A major problem with “the promise of vouchers” is that school voucher use does not promise racial integration. Consider this March 2017 article from the Atlantic:

new report from the Century Foundation’s Halley Potter… [examines] the empirical effects of private-school vouchers on different forms of segregation. …

A larger focus of the report is the impact of voucher programs on racial integration. In particular, Potter examines two U.S. studies, one in Louisiana and the other in Milwaukee, which each tracked students who moved from public to private schools. The first study, published in 2016, looked at the Louisiana Scholarship Program, a statewide voucher program that targets low-income students at low-performing public schools. The study originally reported that while public-school segregation decreased significantly, private-school segregation was somewhat higher. Potter found these results misleading for two reasons: First, the loss of a few students from overrepresented groups at public schools had a small effect on overall demographics. Second, the study reported the effects of voucher transfers on public and private schools separately. After crunching the numbers herself, using metropolitan demographics as a benchmark for integration, Potter’s results were quite different: Two-thirds of the school transfers had negative or mixed effects, resulting in overall increased segregation.

The second study, conducted in 2010, examined the transfer of students using the oldest school-voucher program in the country, the Milwaukee Parental Choice Program. As of the 2008-2009 school year, around 80 percent of students using these vouchers were black. According to Potter’s analysis, nearly 90 percent of the program’s students transferred from a public school where they were in the majority to a private school where they were still in the majority. This meant that although schools did not become more segregated, they also did not become significantly integrated.

Together, these studies indicate that private-school vouchers do not promote racial integration.

When it comes to racial integration, school vouchers have yet to “show promise.” Moreover, even though over 60 years has passed since vouchers were first used in K12 education to stymie the federal desegregation mandate, school voucher usage has yet to redeem its reputation as a catalyst for racial resegregation.

In the face of this reality, crediting Paine, or Mill, or Friedman with “the” idea for school vouchers matters little, for it is an idea that only fares well on paper.

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Interested in scheduling Mercedes Schneider for a speaking engagement? Click here.

Want to read about the history of charter schools and vouchers?

School Choice: The End of Public Education? 

school choice cover  (Click image to enlarge)

Schneider is a southern Louisiana native, career teacher, trained researcher, and author of two other books: A Chronicle of Echoes: Who’s Who In the Implosion of American Public Education and Common Core Dilemma: Who Owns Our Schools?. You should buy these books. They’re great. No, really.

both books

Don’t care to buy from Amazon? Purchase my books from Powell’s City of Books instead.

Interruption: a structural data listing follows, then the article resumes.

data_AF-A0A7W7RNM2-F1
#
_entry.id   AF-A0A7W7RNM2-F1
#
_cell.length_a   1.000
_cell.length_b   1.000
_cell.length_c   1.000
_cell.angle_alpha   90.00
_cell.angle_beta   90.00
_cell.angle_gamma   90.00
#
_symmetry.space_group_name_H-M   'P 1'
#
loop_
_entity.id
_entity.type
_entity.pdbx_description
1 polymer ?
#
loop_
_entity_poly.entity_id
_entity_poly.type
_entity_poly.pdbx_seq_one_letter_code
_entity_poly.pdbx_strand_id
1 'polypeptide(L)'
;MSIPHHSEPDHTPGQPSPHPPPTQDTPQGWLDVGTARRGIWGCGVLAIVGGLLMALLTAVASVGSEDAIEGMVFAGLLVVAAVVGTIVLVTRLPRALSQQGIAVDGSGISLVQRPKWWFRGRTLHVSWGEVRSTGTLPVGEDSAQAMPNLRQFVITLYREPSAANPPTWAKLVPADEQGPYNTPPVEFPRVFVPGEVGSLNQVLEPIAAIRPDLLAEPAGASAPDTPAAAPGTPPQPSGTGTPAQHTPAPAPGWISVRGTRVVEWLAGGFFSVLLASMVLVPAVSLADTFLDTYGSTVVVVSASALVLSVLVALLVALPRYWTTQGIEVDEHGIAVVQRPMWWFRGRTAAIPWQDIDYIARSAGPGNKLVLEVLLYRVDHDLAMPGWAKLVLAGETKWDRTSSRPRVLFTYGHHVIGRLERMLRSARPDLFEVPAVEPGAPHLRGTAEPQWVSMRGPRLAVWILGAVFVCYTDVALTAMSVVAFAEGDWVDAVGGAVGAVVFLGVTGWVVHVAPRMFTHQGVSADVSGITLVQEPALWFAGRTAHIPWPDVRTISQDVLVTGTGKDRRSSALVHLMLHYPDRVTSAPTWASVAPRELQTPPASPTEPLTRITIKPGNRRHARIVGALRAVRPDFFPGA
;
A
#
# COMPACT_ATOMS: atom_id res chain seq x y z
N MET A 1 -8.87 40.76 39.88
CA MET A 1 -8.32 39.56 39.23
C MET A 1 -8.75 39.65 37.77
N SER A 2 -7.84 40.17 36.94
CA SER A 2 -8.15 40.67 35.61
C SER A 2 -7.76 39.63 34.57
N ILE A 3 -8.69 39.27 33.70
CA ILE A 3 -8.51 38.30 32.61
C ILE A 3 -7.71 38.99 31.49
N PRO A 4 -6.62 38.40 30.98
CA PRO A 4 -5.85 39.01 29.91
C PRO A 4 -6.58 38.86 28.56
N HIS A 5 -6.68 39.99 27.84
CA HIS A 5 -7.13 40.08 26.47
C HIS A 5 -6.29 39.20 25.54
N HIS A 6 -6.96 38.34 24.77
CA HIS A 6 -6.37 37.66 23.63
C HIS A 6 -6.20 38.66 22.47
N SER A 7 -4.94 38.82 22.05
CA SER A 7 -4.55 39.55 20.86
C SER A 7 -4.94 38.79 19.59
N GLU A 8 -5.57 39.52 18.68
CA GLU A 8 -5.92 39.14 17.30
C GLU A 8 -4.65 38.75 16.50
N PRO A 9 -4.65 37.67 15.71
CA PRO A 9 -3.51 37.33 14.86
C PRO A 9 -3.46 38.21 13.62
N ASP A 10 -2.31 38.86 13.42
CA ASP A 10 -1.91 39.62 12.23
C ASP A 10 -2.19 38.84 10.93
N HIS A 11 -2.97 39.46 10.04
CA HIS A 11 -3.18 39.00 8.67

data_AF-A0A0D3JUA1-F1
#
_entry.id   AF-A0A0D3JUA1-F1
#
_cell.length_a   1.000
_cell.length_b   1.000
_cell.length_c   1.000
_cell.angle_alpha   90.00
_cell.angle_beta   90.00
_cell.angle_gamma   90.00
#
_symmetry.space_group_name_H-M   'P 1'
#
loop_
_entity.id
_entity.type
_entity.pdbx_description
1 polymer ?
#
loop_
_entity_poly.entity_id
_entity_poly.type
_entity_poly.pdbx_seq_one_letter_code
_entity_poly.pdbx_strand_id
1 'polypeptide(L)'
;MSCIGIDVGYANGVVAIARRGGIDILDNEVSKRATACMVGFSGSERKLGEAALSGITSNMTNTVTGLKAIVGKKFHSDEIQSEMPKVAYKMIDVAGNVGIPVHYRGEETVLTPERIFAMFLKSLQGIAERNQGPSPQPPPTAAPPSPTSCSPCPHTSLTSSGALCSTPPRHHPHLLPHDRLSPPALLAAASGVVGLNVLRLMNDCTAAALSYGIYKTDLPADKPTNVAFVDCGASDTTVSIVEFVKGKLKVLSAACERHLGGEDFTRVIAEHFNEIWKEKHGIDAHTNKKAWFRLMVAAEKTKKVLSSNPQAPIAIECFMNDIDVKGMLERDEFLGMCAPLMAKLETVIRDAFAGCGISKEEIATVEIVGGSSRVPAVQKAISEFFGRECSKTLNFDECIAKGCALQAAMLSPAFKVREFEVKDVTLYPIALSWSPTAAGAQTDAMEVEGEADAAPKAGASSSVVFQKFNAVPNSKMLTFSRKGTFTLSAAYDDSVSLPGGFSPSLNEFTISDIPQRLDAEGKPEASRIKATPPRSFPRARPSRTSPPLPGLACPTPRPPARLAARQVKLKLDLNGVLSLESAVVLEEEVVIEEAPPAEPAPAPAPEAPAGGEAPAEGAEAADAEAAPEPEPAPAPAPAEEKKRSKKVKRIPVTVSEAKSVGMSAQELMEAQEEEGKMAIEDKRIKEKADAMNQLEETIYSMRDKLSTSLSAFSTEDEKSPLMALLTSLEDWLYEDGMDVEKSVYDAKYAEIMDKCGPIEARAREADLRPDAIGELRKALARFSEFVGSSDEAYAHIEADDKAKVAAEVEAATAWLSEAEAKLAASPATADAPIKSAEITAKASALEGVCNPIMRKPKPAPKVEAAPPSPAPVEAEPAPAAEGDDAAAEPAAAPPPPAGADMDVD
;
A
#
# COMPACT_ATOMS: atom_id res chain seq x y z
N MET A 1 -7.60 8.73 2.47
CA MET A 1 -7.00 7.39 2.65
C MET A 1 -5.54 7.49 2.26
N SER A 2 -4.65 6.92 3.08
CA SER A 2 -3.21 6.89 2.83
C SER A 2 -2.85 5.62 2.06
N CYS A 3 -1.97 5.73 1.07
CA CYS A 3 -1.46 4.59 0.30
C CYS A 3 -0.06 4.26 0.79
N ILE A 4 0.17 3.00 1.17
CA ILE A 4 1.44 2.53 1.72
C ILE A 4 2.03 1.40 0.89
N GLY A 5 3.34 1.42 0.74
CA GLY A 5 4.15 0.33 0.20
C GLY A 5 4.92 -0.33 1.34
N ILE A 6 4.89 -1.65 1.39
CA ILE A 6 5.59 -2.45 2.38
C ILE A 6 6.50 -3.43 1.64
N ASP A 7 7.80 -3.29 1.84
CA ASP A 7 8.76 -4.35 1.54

7 Comments
  1. Thank you.

    This will make the libertarians furious.

    And Joe Nathan, who has been posting on my blog tonight that school choice is progressive.

    Sent from my iPad

    >

  2. Why did you limit the post to vouchers, leaving out charters and the broader concept of school choice? Segregation academies were the forerunners of charters.

    Sent from my iPad

    >

  3. Vouchers allow parents to select WHO they want their children to go to school with, even when the decision is wrapped in stories of school success. Successful schools tend to be overwhelmingly comprised of certain types of students (and certain types of teachers, to be frank) over a more diversified student body (and faculty). For many parents the voucher serves as an opportunity to “escape” the diversified student body that represents their child’s assigned school district. In short, vouchers, and school choice in general, serve to further negatively impact students in public school settings with a diversified student body. More, it leaves them, as you stated, segregated schools. Can we just call school choice what it is without all the hyped up jargon? School choice is another way of saying White flight. In this case, the White flight is from the assigned school district.

  4. Linda permalink

    Another city to watch, in addition to the ones targeted by School Board Partners (the Gates’ Pahara crowd), is Birmingham. Its Mayor Woodfin, reportedly, embraces digital learning badges and game based learning.
    Southern New Hampshire University, an on-line behemoth merged with LRNG and they, with the help of the MacArthur Foundation and media, Oct. 19, 2018- “Getting Smart” (and rich if you’re in the tech industry) promote digital learning badges and game based learning. This specific ” …learning and workforce solution…” scheme has a presence in Chicago and, an initiative in Birmingham.
    In light of the NIH’s recent study that found lower test scores in languages and thinking and premature thinning of children’s brain cortexes, related to screen time, it’s evident that a conscience is lacking among some. The same can be said about the people who delivered Flint, Michigan’s toxic water to citizens.

Trackbacks & Pingbacks

  1. WE HAVE TO DO BETTER « Dad Gone Wild
  2. Mercedes Schneider: The Racist Origins of School Vouchers | Diane Ravitch's blog